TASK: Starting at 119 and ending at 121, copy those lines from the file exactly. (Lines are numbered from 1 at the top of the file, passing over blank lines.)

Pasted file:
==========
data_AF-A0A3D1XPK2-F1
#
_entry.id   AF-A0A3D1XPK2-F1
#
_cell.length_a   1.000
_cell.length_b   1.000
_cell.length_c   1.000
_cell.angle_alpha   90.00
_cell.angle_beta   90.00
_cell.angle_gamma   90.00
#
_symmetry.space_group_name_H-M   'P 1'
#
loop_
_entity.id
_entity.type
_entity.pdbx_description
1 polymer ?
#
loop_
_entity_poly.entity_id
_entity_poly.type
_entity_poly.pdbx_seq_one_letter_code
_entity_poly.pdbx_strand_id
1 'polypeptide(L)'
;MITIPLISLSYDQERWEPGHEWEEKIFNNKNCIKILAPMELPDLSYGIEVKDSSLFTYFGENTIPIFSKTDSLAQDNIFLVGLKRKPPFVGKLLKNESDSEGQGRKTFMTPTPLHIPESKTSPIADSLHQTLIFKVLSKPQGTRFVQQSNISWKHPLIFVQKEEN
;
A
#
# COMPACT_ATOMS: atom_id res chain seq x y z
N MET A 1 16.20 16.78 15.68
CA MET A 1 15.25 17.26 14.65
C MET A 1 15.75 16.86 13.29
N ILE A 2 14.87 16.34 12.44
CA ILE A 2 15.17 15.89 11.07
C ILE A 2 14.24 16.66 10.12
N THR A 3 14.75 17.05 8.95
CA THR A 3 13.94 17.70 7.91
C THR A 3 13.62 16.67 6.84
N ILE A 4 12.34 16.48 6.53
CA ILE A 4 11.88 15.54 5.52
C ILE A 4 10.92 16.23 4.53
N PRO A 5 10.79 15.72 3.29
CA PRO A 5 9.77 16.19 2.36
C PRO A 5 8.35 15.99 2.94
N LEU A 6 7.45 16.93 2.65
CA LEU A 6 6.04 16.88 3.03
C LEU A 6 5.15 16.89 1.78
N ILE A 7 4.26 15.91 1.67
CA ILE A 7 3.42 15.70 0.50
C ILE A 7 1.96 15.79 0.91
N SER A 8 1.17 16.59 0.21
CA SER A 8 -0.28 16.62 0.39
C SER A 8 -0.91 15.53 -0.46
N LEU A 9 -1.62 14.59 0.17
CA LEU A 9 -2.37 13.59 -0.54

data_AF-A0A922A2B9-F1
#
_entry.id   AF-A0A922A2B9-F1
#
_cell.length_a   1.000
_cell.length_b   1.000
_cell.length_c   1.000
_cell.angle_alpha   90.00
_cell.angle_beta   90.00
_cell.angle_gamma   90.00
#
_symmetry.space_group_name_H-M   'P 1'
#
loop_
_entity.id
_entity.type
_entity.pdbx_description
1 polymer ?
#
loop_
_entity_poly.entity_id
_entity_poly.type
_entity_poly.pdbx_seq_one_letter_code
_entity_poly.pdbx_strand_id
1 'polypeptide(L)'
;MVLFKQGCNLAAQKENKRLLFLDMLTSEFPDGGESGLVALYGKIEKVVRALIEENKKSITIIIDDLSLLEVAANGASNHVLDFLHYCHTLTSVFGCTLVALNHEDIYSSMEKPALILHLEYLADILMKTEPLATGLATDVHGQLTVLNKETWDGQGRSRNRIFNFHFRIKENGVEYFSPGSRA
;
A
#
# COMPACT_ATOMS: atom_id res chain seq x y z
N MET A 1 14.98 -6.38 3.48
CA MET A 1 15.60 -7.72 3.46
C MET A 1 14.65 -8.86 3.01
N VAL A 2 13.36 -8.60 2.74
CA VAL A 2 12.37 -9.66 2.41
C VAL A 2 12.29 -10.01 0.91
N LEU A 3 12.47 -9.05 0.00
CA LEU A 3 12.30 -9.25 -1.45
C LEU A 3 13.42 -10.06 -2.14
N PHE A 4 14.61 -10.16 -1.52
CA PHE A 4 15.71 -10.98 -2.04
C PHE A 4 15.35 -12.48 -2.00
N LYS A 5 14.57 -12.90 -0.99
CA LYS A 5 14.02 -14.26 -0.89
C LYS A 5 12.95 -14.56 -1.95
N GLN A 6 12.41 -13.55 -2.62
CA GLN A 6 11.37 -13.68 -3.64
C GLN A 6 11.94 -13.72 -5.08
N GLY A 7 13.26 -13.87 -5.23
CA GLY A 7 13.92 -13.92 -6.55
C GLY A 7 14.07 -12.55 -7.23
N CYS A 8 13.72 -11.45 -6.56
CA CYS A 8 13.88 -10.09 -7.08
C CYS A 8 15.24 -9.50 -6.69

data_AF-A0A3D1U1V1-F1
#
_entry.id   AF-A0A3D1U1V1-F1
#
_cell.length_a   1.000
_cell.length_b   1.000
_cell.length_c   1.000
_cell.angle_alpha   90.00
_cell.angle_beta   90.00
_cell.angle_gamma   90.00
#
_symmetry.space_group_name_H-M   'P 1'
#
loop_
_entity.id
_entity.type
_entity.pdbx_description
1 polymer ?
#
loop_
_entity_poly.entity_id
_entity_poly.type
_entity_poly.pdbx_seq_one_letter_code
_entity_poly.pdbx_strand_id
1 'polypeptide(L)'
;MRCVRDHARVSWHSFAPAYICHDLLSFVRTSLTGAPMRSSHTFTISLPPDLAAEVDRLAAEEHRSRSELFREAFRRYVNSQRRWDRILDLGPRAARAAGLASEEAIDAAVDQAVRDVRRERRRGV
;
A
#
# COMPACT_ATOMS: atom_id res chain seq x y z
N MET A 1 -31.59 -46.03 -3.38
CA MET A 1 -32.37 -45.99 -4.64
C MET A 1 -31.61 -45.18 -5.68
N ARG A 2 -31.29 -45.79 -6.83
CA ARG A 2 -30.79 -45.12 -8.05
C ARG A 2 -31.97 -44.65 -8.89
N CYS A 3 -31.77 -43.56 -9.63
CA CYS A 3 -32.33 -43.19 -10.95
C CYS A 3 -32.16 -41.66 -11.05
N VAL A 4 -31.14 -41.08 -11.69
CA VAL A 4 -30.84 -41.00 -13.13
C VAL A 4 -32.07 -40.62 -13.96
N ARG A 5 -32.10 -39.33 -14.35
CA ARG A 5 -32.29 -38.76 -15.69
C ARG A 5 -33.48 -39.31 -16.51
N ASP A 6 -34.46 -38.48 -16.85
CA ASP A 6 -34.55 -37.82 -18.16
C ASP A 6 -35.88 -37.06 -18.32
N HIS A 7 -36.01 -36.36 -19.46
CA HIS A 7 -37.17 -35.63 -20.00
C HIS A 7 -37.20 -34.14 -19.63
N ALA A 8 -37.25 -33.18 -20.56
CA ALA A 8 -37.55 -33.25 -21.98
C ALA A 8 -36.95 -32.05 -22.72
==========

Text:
_cell.angle_beta   90.00
_cell.angle_gamma   90.00
#